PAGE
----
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I’ll also never forget it because of how emotional he was, and how clear it was to me …
how much Arnold meant to him.” Arnold met a good deal to so many people.
Rave reviews for this sweet good-morning picture book featuring 13 cuddly Arctic animal babies as they begin their day.
Adorable illustration and cheery, rhyming text show children what it's like to wake up in the Arctic.
The PGA Tour has continued to extend and celebrate the King’s legacy, not that it’s going anywhere anytime soon.
In the 364 days since, we have missed his touch, his kindness, his humility, his playfulness, his compassion, and mostly, his overall bigger-than-life, thumbs-up presence. He was born in the Great Depression in the rolling hills of western Pennsylvania, and his name was Arnold Daniel Palmer.
Consider this goose bump-inducing story, which was told by author Tom Callahan in a beautiful biography released this year, titled “Arnie.” Two servicemen pals from Chicago, Jeff Roberts and Wally Schneider, who were stationed in Vietnam, once wrote to Palmer to ask for help with their bunker games.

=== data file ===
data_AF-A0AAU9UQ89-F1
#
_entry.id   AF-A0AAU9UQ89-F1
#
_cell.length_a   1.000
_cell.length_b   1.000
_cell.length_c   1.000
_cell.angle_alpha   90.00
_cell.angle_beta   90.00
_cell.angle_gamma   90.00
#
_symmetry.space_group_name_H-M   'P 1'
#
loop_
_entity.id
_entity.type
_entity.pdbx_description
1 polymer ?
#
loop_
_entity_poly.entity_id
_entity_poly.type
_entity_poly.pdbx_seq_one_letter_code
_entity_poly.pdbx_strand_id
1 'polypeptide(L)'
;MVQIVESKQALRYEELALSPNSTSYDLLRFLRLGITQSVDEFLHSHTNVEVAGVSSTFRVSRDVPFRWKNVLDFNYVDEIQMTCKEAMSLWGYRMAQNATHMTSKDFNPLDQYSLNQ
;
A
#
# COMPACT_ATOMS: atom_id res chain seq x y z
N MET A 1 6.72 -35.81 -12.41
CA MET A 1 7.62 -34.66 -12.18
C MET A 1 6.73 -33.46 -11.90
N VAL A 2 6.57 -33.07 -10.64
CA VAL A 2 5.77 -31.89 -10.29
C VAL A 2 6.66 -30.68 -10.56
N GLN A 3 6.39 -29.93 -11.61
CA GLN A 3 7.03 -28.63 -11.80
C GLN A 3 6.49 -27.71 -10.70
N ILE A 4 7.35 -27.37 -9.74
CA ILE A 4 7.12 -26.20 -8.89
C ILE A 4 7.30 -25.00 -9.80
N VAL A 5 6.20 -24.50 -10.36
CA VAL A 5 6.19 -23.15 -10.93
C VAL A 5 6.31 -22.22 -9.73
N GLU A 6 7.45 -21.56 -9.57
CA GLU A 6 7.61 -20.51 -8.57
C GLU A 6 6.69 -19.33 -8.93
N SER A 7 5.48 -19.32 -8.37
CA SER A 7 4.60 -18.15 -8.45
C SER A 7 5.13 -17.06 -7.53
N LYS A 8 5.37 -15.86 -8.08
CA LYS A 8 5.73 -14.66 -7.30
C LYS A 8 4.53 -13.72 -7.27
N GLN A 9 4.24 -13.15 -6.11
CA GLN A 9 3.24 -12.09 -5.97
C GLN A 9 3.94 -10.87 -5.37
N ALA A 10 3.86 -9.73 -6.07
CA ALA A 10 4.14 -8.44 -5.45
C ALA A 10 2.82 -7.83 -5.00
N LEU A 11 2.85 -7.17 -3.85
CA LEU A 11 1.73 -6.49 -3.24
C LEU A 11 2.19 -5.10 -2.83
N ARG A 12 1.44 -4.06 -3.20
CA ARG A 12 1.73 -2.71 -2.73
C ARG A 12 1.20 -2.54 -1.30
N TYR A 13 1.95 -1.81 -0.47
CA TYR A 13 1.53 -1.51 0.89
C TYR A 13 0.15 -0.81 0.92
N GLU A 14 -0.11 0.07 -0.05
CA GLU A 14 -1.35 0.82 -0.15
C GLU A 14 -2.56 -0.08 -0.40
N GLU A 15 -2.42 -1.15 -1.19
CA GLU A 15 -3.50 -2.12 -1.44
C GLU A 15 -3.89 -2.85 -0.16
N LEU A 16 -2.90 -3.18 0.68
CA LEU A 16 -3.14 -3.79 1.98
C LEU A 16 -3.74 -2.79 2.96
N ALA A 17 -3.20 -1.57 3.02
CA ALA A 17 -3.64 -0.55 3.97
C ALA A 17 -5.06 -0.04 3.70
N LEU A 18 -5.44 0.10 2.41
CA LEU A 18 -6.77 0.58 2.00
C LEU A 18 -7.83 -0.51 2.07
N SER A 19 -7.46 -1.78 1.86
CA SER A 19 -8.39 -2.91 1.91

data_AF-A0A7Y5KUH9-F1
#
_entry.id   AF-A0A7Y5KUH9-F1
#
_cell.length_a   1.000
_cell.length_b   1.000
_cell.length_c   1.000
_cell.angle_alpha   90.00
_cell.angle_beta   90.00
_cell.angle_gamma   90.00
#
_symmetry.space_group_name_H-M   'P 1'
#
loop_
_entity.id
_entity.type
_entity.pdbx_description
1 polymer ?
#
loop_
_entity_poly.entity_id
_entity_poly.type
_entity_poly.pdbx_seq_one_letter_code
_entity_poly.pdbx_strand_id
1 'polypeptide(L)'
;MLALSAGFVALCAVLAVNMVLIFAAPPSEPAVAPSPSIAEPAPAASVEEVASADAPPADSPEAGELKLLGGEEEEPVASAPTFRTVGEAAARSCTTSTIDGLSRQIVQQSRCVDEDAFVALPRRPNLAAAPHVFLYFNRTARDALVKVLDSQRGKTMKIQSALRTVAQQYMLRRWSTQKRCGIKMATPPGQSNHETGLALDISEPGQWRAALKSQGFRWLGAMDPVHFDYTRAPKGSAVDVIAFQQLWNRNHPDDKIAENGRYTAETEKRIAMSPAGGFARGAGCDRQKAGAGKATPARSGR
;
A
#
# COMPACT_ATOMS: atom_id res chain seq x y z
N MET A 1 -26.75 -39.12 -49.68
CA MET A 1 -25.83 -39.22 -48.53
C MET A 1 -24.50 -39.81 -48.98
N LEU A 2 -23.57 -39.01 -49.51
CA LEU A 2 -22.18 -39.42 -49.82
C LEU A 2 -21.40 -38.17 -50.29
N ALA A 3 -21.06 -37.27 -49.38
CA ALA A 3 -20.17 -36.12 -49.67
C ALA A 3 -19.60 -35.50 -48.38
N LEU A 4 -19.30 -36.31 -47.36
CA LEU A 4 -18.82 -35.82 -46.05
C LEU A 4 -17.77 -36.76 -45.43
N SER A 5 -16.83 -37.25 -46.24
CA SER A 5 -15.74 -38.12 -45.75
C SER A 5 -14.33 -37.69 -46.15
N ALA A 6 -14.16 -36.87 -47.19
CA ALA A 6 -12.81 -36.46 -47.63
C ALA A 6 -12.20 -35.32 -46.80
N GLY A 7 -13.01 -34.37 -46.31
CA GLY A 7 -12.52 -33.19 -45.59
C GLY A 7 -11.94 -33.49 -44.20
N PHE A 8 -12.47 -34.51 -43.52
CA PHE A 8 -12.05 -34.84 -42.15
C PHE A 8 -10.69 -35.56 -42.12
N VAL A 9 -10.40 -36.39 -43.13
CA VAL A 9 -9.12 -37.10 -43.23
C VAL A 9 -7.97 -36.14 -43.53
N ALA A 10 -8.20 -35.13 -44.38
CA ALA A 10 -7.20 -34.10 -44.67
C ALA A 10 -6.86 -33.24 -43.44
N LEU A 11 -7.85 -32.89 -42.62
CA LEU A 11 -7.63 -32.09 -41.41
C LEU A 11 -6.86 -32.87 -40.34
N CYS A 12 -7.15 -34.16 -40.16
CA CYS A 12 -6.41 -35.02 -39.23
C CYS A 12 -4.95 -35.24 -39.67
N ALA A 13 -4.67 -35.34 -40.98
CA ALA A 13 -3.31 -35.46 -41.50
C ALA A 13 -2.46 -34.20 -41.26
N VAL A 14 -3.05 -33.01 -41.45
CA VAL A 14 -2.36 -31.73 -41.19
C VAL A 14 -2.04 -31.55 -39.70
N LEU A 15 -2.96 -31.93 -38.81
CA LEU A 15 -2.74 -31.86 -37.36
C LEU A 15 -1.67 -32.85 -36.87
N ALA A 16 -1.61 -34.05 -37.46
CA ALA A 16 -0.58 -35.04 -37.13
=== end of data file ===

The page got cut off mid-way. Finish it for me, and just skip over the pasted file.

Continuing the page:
Palmer replied to the two with a note, but he also sent them two sand wedges and some golf balls.
“I hope that players keep going, and I hope that field continues to be strong,” said Webb Simpson, who attended Wake Forest on an Arnold Palmer Scholarship. “Every tournament at Bay Hill, I’d go up and see him and Doc (Giffin, Palmer’s longtime assistant) up in his office. I know the game certainly misses him.” Matt Kuchar, who grew up about 30 minutes from Bay Hill, won the 1997 U. Amateur (which Palmer had won in 1954) and at 19, was invited out to play in Bay Hill’s famed mid-day member Shootout alongside the King.
Simpson competed twice at Bay Hill as an amateur, and in spending time around Palmer, he came to appreciate his people skills. “You shook his hand, and he made you feel like you’d known him your whole life,” Kuchar said.